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Tag Archive "philadelphia"

Collage

The Year of No — Bonnie Brenda Scott at James Oliver Gallery

[Michael reviews work in a combination of interesting media by a young artist whose approach seems at once personal and political. — the artblog editors] BUT HERE GOD PUTS THE FLOOD BUT HERE GOD PUTS THE FLOOD This text, which appears in two of the installations in Bonnie Brenda Scott’s exhibition at James Oliver Gallery, comes from a poem written by the artist about natural disasters and the origins of devastation. The complete phrase from the poem reads: “The tide comes in from all sides, but here god puts the flood.” I asked Scott about this, and she explained: “God puts ... More » »

Actors on stage

With Oscar, Opera Philadelphia looks back to the last years of a literary icon’s life

[Donald reflects on Opera Philadelphia’s latest triumph–a moving look at the last years of Oscar Wilde’s life. — the artblog editors] As a writer, poet, and playwright, Oscar Wilde is unrivaled. The only part of Wilde’s life that the outside world reviled was his desire to truly be himself and embrace his sexuality. Opera Philadelphia’s East Coast premiere of Oscar is a character study that shows us the specific struggles Wilde experiences as he unapologetically tries to live the fullest life possible. Oscar is a continuation of the American Repertoire Program, which Opera Philadelphia has developed into a fantastic canon of ... More » »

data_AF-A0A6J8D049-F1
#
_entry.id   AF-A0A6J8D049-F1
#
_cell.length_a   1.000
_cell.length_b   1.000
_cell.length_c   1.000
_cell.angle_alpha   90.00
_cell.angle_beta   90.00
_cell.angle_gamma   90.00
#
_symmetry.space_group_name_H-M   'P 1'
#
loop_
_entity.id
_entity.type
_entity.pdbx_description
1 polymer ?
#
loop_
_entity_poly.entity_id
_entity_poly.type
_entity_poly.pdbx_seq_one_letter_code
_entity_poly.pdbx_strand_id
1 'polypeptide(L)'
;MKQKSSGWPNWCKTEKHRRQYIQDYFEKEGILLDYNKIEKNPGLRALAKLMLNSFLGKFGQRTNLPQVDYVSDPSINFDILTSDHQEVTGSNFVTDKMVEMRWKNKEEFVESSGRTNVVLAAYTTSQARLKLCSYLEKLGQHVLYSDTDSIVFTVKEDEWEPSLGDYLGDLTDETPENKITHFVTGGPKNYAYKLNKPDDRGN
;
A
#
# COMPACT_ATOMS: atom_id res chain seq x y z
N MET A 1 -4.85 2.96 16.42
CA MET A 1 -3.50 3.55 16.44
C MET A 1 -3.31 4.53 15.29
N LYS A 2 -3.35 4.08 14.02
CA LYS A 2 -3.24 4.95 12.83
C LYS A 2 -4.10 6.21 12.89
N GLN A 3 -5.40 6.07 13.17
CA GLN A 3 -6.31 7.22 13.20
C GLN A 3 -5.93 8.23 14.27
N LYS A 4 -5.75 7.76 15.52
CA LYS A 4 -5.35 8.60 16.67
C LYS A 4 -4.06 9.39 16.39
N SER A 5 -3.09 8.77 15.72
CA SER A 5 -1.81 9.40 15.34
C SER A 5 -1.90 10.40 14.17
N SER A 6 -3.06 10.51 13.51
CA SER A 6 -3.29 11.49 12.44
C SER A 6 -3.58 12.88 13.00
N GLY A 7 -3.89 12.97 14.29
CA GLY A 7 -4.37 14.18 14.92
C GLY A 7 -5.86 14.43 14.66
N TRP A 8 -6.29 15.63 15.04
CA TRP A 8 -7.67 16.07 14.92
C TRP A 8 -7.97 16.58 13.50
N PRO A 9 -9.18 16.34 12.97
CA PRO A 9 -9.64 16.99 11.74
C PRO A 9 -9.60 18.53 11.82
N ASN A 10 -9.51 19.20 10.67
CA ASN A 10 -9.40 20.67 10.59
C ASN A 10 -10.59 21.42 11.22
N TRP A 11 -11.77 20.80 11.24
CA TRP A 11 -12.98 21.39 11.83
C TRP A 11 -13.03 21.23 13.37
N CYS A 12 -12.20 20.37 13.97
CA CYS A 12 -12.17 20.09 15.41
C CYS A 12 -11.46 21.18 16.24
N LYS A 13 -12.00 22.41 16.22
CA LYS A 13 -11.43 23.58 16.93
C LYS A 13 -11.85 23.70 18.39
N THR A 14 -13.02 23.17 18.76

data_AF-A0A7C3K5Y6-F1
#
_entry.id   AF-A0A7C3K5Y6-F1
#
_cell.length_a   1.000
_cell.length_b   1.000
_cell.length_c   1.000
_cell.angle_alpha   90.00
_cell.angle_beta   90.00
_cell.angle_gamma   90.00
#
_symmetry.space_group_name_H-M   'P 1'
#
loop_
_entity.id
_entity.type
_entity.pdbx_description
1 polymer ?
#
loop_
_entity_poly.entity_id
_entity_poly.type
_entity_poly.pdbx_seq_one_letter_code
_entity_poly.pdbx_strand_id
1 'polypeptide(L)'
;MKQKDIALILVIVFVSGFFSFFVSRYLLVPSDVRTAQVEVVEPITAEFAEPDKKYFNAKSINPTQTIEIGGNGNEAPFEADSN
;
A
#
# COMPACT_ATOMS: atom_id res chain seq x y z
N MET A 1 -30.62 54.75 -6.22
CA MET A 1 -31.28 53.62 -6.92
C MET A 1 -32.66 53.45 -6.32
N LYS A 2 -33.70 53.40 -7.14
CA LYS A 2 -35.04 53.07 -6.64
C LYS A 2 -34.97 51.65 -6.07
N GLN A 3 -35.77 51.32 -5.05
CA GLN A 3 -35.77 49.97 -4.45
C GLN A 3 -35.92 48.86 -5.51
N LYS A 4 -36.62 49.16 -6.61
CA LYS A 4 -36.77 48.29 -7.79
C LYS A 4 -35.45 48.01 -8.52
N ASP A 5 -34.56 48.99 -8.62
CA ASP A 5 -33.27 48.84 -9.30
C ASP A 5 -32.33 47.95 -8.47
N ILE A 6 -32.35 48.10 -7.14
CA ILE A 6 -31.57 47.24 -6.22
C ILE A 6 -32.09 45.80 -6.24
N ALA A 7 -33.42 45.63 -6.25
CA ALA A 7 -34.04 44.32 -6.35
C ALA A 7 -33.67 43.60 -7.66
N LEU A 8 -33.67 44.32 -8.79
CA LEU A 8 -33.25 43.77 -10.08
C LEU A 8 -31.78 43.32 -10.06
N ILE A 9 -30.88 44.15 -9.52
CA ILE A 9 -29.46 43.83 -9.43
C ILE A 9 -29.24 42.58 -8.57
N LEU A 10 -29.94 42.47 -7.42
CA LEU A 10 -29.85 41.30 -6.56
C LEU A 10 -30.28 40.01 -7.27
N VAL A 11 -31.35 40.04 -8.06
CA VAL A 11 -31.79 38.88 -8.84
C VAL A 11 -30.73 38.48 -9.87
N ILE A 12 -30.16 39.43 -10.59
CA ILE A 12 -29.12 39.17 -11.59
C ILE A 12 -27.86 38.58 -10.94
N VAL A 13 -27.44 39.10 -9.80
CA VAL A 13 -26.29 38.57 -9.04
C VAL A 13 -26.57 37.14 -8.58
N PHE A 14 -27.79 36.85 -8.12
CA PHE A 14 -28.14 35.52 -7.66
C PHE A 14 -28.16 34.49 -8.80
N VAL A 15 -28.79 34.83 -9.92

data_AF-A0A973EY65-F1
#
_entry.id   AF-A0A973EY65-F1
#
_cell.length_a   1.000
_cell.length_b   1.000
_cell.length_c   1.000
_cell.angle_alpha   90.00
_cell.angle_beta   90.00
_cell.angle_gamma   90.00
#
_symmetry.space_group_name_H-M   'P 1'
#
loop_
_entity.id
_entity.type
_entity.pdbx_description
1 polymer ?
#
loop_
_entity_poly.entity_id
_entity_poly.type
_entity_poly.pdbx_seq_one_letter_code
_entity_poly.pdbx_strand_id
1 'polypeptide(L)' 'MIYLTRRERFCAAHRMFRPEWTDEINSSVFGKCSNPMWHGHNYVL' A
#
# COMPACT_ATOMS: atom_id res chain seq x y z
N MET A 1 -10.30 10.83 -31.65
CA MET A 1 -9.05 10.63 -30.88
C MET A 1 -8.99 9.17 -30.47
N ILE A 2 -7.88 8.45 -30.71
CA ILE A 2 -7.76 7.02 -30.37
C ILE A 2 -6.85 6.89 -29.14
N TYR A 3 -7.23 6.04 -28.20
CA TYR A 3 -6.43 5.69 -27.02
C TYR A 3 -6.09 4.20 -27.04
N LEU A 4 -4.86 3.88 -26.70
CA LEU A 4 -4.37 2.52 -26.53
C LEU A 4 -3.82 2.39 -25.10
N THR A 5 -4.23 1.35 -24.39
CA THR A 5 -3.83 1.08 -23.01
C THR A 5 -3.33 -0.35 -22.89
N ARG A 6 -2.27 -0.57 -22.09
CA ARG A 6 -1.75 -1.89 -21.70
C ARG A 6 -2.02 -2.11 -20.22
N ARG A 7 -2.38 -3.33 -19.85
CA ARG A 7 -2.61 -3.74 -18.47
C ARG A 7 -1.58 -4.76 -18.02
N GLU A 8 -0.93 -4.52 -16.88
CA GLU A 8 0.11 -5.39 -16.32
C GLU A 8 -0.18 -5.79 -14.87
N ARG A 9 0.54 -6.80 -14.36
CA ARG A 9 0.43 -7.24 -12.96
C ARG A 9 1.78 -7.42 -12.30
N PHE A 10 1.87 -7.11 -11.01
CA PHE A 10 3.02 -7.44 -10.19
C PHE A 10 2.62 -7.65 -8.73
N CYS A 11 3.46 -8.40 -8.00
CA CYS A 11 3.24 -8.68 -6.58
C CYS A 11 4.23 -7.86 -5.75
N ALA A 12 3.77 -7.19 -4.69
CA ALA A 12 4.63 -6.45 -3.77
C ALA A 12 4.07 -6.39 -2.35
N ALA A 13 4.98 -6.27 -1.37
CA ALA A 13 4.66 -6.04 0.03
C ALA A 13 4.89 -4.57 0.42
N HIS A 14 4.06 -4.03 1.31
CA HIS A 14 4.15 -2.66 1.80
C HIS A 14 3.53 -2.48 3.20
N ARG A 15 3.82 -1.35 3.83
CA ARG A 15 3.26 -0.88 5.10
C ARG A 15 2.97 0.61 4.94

Sculpture

Dina Wind’s Transformations at Bridgette Mayer Gallery

[Diana examines a wall sculpture that is playful for its combination of found objects, and simultaneously subversive. — the artblog editors] The poet Stephen Spender once defined wit as “the ability to discover amusing analogies between apparently unrelated things and express them clearly.” As I was contemplating the late Dina Wind’s more than 20 sculptures from the 1980s and 1990s in the exhibition Dina Wind: Transformations, on view at Bridgette Mayer Gallery through Feb. 28, I was struck by the wittiness of her work, which is not “amusing” in a conventional sense, but in its ability to jolt the observer into ... More » »

Photograph

Zabardust at Twelve Gates Arts

[Jennifer works through a Feminist, all-female show celebrating unconventional women and acknowledging the daily struggle of women in some cultures to be equally acknowledged. — the artblog editors] Zabardust is an Urdu term that can be translated into English to mean awesome, terrific, or even fabulous. It is also the conceptual framework and title for the current group show at Twelve Gates Arts, on 2nd street in Old City, Philadelphia. Organized by New York-based curator Jasmine Wahi, Zabardust includes various-media works by seven artists: Karlito Miller, Rachel Mason, Maria Berrio, Angela Fraleigh, Anjali Bhargava, Swati Khurana, and Leila Lal. The exhibition ... More » »

Sculpture

An ode to handiwork — Patrick Coughlin’s Tools of the Trade at NAPOLEON

[Noreen nervously navigates a show designed to play in the space between utility and decoration. — the artblog editors] In the narrow gallery space of NAPOLEON this month, the mixed-media sculptures of Patrick Coughlin crowd the space in conversation with the past, present, and art-making itself. Imbued with a strong sense of tradition and nostalgia, Tools of the Trade presents a collection of tools, some obsolete, some recognizable–but on a whimsically large scale. Playfully amplifying the past Coughlin, holding both a BFA and an MFA in ceramics, displays his background in hands-on craft. Like his prior work, the art of ... More » »

Painting

Their Mouths Filled With Earth — sacred monsters examined at GrizzlyGrizzly